It’s been more than three weeks since Mangaung Metropolitan Municipality in the Free State collected refuse in the Bloemfontein inner city and surrounding areas. Some residents have resorted to using their own transport to collect the waste.
The municipality says it is running short of fuel to power the garbage trucks. This is not the first time that a fuel shortage has brought services to standstill.
The ongoing backlog has resulted in rubbish piling up in public spaces. People’s livelihood and business are being affected.
Bad for business
Hawkers are also complaining. Mathapelo Dikgacoi, who is a food vendor, says she tries to keep her workstation clean. But many of her customers are turned away by the terrible smell.
“The amount of dirt in town due to the failure of workers to collect refuse is costing us. I no longer make profit because of rubbish next to where I sell from. The rubbish keeps on piling up each day.”
Small business owners have not been spared. Abubaker Haile Silasie owns a food outlet in the central business district in Bloemfontein. He says one of his customers had to use the back door to leave the premises due to stench at the entrance of the outlet.
“Ever since the shortage of fuel that resulted in non-collection of refuse I have been closing the front door and using the back door to operate my business. You can’t let people pass through the piling rubbish and it smells really bad, “ he says. “Personally I’m asthmatic and this is also hazardous to my health.”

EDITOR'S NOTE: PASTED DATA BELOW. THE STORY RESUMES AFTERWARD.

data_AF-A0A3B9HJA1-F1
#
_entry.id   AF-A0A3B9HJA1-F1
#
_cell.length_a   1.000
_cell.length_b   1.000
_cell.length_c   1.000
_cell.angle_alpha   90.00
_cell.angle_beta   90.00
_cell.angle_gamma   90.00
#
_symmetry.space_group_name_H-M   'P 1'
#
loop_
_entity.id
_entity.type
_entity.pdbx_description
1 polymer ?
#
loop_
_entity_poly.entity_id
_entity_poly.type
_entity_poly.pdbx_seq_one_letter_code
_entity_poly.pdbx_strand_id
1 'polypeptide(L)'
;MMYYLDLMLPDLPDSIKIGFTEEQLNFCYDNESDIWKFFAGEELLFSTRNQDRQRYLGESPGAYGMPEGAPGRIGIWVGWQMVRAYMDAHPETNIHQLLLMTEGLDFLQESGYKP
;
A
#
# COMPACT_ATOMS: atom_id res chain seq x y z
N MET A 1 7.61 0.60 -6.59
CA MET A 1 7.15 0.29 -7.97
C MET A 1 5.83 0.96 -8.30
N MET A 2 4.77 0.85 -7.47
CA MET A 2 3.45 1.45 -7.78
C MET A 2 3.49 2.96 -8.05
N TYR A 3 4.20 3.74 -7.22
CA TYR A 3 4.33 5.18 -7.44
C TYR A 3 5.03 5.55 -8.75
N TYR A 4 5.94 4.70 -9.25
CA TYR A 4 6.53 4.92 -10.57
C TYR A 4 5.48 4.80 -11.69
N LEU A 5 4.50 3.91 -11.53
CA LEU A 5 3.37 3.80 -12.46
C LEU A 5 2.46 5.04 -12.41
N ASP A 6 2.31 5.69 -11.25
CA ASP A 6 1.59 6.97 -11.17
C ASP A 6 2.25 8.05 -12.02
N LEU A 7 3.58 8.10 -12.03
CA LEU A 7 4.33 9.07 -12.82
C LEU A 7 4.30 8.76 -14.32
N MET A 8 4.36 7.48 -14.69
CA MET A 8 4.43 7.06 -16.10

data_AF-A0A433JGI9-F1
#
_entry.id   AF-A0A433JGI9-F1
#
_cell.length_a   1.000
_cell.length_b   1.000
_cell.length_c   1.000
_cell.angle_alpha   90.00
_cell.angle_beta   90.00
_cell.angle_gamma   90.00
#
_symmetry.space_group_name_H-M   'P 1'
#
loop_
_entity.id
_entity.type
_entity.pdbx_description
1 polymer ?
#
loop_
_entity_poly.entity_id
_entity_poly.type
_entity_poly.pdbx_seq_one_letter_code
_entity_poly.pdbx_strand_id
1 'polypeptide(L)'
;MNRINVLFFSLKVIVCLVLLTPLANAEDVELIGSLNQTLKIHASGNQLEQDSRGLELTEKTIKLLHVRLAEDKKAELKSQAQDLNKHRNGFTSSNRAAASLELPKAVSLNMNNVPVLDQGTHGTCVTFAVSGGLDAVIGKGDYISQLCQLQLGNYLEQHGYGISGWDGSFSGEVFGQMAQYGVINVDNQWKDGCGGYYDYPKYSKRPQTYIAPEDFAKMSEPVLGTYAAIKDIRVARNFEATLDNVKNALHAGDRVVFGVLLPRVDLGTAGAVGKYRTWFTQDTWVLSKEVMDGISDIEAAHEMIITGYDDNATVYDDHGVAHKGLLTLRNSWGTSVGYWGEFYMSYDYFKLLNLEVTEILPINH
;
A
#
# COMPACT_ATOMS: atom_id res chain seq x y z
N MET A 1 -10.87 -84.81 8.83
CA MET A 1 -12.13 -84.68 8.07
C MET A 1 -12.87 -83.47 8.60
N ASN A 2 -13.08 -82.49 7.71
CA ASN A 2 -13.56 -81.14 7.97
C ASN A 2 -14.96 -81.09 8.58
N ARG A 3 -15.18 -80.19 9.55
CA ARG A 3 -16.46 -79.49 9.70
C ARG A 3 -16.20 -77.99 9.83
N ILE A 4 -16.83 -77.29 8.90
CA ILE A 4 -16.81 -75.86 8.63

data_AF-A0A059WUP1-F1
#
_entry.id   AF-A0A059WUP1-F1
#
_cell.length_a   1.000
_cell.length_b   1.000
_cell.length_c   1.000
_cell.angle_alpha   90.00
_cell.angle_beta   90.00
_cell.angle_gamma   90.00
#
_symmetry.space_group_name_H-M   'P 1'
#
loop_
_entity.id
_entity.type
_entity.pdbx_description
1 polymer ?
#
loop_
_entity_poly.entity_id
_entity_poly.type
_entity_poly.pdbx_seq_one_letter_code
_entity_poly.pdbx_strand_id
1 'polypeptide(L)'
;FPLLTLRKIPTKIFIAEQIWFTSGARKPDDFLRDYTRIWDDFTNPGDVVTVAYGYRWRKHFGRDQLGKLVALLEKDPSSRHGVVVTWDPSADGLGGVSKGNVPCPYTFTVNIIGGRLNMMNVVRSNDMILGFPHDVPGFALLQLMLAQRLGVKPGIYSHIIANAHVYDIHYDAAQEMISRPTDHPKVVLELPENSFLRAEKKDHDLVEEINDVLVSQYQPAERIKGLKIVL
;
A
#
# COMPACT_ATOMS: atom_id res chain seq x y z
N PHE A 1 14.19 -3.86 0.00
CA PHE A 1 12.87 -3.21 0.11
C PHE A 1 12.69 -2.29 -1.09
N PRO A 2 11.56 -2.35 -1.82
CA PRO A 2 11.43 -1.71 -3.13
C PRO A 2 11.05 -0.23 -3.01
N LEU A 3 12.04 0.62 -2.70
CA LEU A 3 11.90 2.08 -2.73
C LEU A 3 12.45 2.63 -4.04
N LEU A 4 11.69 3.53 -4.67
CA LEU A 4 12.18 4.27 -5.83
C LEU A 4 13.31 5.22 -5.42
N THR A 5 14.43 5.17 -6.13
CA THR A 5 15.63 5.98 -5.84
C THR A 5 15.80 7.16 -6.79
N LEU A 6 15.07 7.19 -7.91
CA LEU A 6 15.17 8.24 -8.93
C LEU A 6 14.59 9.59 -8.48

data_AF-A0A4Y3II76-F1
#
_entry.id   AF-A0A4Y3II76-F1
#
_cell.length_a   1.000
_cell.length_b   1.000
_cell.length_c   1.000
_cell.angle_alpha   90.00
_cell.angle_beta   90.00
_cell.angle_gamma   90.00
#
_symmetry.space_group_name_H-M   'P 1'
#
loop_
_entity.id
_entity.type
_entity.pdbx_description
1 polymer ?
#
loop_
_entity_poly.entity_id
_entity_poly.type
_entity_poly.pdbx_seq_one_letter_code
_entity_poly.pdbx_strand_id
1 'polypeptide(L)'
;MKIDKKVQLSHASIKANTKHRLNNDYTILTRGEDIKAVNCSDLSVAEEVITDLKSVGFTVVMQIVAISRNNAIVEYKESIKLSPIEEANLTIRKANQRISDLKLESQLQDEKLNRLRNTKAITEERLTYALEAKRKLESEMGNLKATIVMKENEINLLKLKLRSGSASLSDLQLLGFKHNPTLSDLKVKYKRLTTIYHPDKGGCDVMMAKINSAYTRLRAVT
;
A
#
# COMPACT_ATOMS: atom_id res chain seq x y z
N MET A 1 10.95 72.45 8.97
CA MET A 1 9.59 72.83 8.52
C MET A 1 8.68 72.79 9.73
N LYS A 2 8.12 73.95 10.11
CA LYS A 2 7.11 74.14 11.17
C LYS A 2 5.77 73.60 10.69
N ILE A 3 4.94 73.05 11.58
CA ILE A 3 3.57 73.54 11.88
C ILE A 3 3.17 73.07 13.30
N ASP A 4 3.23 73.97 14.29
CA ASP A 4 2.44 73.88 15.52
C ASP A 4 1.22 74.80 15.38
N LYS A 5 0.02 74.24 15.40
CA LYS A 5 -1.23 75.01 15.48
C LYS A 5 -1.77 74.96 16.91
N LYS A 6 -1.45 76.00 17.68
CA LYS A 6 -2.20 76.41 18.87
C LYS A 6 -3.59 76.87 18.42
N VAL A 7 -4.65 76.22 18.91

Mariette de Wet is an elder at the local retirement estate in the area. She says the failure has been causing health problems to elderly people in the area.
“We have since been using private refuse removal collectors so that we keep our area clean. It is sickening to have rubbish all over the place,” De Wet says.
Waste removal is pertinent to public and environmental health. Failure to properly dispose of waste can result in the spread of bacteria as well as pests such as rats. The non-removal of waste can also lead to the pollution of air and water.
Lindokuhle Mazibuko, an environmental health inspector, says air pollution due to the odour caused by piling rubbish was unfortunate. “This is costly on many sides. Those staying at the flats near the CBD are badly affected by the rubbish as the piling is blocking the entrance of their flats. For businesses it is also bad because bacteria can find ways to them and be dangerous to consumers.”
Mazibuko adds that the municipality’s failure needs to be addressed urgently. “When businesses close down because of non-operation due to rubbish piling up outside, people will suffer because they will be forced to be retrenched.”
Fixing the problem
Spokesperson Qondile Khedama says the metro is sorting the matter and is in talks with the supplier.
“We would like to apologise to the residents and clients of the metro for failing to attend to important queries due to the ongoing fuel challenge. The mayor, and the team are working around the clock to try to resolve the problems.
“We have assigned temporary refuse removal companies on an urgent basis to collect refuse around the metro while the matter is being attended to. Residents are urged to cooperate with the contractor during this period,” Khedama says.
The DA in the metro has lambasted the ANC for running the metro to its knees. “The supplier of the diesel is owed and is refusing supply while he’s unpaid the outstanding (amount). The refuse has not been sufficiently collected throughout the metro due to no fuel. This is due to the municipality being under administration,” says DA councillor Mokgadi Kganakga. – Health-e News